Several EcoCAR 2 competition sponsors, including Snap-On, General Motors, and CrossChasm, attended the convention and hosted several clinics. During the Snap-On sessions, the team learned about new technologies for tracking certain tools in the toolbox. This was very useful and informative for the team, who were also able to socialize with the Snap-On representative and talk to him about the progress on their design.

UWAFT members were also able to attend the GM clinic, the focus of which was the Volt. The Volt, GM’s electric vehicle, is the product of some of the greatest engineering that UWAFT had ever seen. “The amount of engineering behind it is unbelievable,” says mechanical team lead Ben Gaffney. The team was able to look into the design of the Volt during the clinic and gain insights that could be transferred to their own Malibu design.

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A UWAFT team member at their booth

Another workshop that the team enjoyed was with CrossChasm. CrossChasm is a company that focuses on hybrid electric vehicles; from them, the team was able to learn more about the company and the green technologies they are involved with.

Besides attending clinics, the team was able to talk to other attendees about their work and the EcoCAR 2 competition. The team discussed their plans for Year Three, showed people their Malibu and talked about their progress thus far. Some of the sponsors and vendors gave the team advice that might help them with some of the challenges they face. Everyone the UWAFT team met wished them the best of luck in the competition!

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EcoCAR: The NeXt Challenge was a life-changing experience for Eric Mallia, the outreach coordinator for the University of Waterloo Alternative Fuels Team. Eric, then studying for his masters in environmental studies, always wanted to work in sustainable development and saw EcoCAR as an opportunity.

“When I first heard about EcoCAR and the challenges they were taking on, I knew I wanted to be part of it. The challenge of building a fuel cell vehicle and educating the public about green vehicle technologies was something I couldn’t pass up,” says Eric, “It also gave me the chance to get away from the desk and thesis writing and work directly with the community.”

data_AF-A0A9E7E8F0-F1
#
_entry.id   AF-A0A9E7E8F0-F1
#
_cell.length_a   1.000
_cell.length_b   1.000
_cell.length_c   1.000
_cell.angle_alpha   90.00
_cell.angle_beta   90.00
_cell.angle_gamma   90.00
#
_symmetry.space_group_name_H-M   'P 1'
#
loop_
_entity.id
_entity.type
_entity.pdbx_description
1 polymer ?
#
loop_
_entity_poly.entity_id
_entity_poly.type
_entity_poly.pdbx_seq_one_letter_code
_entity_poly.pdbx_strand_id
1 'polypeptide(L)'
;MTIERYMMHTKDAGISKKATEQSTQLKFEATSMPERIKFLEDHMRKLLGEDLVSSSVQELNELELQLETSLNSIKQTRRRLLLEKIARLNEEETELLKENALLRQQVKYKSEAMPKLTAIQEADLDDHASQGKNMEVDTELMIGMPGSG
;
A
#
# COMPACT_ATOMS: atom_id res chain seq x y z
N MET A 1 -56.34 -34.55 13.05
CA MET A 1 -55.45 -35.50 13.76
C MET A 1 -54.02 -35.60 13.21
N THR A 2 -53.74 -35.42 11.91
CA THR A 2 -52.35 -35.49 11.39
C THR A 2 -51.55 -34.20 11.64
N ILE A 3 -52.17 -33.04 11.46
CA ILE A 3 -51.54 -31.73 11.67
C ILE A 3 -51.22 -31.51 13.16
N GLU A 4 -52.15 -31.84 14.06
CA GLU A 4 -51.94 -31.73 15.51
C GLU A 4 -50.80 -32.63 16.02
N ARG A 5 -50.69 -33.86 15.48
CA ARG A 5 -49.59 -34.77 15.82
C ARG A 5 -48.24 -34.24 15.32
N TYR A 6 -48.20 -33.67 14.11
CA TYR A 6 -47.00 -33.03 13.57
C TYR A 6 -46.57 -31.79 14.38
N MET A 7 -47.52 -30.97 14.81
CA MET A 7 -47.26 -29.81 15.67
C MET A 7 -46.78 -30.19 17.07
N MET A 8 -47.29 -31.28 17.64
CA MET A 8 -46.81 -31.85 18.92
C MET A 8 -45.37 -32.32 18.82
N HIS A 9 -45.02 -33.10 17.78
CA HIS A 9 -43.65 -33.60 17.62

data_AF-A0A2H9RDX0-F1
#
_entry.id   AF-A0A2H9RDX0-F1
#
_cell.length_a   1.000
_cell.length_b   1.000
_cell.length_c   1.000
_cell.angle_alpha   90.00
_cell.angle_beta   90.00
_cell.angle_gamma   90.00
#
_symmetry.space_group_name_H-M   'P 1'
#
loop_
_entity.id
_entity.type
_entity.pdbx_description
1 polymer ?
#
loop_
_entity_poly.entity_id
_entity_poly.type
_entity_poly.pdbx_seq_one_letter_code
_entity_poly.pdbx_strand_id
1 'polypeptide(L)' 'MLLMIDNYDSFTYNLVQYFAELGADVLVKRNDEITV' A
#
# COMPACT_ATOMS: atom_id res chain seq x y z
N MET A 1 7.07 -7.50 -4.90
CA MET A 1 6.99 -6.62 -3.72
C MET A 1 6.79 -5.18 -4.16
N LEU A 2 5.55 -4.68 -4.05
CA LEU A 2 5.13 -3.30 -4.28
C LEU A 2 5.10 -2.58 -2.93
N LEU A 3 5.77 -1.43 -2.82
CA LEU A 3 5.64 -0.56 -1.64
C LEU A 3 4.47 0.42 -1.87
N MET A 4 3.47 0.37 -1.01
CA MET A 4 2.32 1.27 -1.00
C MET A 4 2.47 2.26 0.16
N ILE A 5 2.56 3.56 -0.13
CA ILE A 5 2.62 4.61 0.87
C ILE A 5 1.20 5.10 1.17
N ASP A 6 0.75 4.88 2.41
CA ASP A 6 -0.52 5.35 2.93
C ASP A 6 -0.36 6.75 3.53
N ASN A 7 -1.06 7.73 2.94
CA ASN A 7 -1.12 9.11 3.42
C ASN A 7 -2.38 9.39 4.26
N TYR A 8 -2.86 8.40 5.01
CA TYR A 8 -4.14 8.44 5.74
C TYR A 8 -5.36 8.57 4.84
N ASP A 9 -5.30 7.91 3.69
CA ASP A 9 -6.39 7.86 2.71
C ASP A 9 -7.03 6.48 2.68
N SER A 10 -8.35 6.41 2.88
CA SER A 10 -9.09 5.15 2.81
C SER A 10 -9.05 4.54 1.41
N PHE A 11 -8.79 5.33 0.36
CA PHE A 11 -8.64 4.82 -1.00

During his time as the outreach coordinator for Years Two and Three of EcoCAR, he worked with the engineering team to develop an outreach plan that would educate the public about fuel cells and sustainable transportation. One of Eric’s greatest contributions was setting-up a feedback system. This system allowed for the team to monitor the impact of its outreach program.

“We were able to monitor the number of people that would visit our website or social media sites after outreach events and track which events would result in the highest number of follow-ups,” says Eric, “It was cutting edge at the time and is now used by almost every EcoCAR 2 school. That’s something I’m very proud of.”

After EcoCAR, Eric landed a job at CrossChasm Technologies. CrossChasm is no stranger to EcoCAR: its founders, Chris Mendes and Matt Stevens, are AVTC alumni and both participated in ChallengeX.  Eric’s role at CrossChasm is the general manager of FleetCarma, a division of CrossChasm that helps fleet managers make an informed decision on vehicle purchases. It does this by tracking the current usage of existing fleet vehicles and applying their usage data to vehicle models to accurately predict fuel consumption and total cost of ownership.

Through his experience with EcoCAR, Eric understood how to simplify and explain key messages to clients. He uses these skills every day with fleet managers when explaining how FleetCarma works. Skills learned with generating media pitches during EcoCAR events and finding a fascinating story for media outlets are also helping Eric pitch FleetCarma.